Out-of-pocket health spending by poor and near-poor elderly Medicare beneficiaries

    Objective. To estimate out-of-pocket health care spending by lower-income Medicare beneficiaries, and to examine spending variations between those who receiv Medicaid assistance and those who do not receive such aid.
    Data Sources and Collecion. 1993 Medicare Current Beneficiary Survey (MCBS) Cost and Use files, supplemented with data from the Bureau of the Census (Current Population Survey); the Congressional Budget Office; the Health Care Financing
    Administration, Office of the Actuary (National Health Accounts); and the Social Security Administration.                               Study Design. We analyzed out-of-pocket spending through a Medicare Benefit Simulation model, which projects out-of-pocket health care spending from the 1993 MCBS to 1997. Out-of-pocket health care spending is defined to include Medicare
    deductibles and coinsurance; premiums for private insurance, Medicare Part B, and Medicare HMOs; payments for non-covered goods and services; and balance billing by physicians. It excludes the costs of home care and nursing facility services, as well
    as indirect tax payments toward health care financing.
    Principal Findings. Almost 60 percent of beneficiaries with incomes below the poverty level did not receive Medicaid assistance in 1997. We estimate that these beneficiaries spent, on average, about half their income out-of-pocket for health care, whether they were enrolled in a Medicare HMO or in the traditional fee-for-service program. Download File

    Medicare’s bending cost curve

    The rate of national health care spending growth per person has been on a downward trajectory in recent years (see Figure 1). This downward trend has been especially significant for the Medicare program since 2009. In fact, the most recent data show that the average per enrollee annual spending growth rate for the Medicare program (including both Traditional Medicare and the Medicare Advantage (MA) program) for 2009-2012 was one-third of the average growth rate from 2000-2008: 2.3 percent versus 6.3 percent (data not shown in table).The preliminary estimate of the per enrollee expenditure growth rate for Medicare in 2013 is only 0.1 percent. In other words, there was essentially no growth in Medicare expenditures on a per capita basis last year. The number of beneficiaries covered by the program is rising by about 3 percent per year, and the aggregate (across all beneficiaries) estimated Medicare expenditure growth rate for 2013 is 3 percent. Early claims data as well as Treasury data on Medicare payments from the first half of 2014 indicate that very slow per capita growth has continued so far this year, although final spending growth estimates will not be available for some time. Download File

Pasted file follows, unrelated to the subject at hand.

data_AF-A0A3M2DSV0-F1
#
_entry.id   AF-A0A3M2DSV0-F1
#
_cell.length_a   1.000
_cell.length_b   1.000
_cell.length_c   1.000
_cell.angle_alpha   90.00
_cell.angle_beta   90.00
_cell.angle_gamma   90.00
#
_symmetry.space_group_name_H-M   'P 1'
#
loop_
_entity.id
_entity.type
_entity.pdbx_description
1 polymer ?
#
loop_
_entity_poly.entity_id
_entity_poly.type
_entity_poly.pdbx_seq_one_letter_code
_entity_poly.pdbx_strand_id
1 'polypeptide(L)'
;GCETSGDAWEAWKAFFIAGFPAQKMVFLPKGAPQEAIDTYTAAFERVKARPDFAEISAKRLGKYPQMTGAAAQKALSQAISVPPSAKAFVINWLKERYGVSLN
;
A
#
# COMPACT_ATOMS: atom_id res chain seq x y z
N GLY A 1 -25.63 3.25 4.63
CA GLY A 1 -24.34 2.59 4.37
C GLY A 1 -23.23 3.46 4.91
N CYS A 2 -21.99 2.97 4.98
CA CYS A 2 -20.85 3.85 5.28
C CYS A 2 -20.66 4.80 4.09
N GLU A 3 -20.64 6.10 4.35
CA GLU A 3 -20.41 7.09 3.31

Shared decision making to improve care and reduce costs

    A sleeper provision of the Affordable Care Act (ACA) encourages
    greater use of shared decision making in health care. For many health situations in which there’s not one clearly superior
    course of treatment, shared decision making can ensure that medical care better aligns with
    patients’ preferences and values. One way to implement this approach is by using patient decision aids — written materials,
    videos, or interactive electronic presentations designed to inform patients and their families about care options; each option’s outcomes,including benefits and possible side effects; the health care team’s skills; and costs. Shared decision making has the potential to provide numerous benefits for patients, clinicians,and the health care system, including increased patient knowledge, less anxiety over the care process, improved health outcomes,reductions in unwarranted variation in care and costs,
    and greater alignment of care with patients’ values. Download File

    What works in care coordination?: Activities to reduce spending in Medicare fee-for-service

    The rapid increase in health care spending in the United States over the past two decades and its anticipated growth in the coming years can be tied inextricably to the increasing number of people with multiple chronic conditions. Medicare beneficiaries are especially likely to have numerous conditions, with two-thirds of Medicare spending attributed to patients with five or more chronic conditions.1 Medicare Fee-For-Service (FFS) spending, in particular, accounts for over three quarters of the total Medicare spending.2 Gaps in the coordination of care for these chronically ill patients, including inadequate transitional care from hospital to home and insufficient management of multiple medications, often result in poor care quality, increased hospital admissions, and growing health care expenditures in Medicare. Download File

    Assessing the impact of potential cuts in Medicare doctor-training subsidies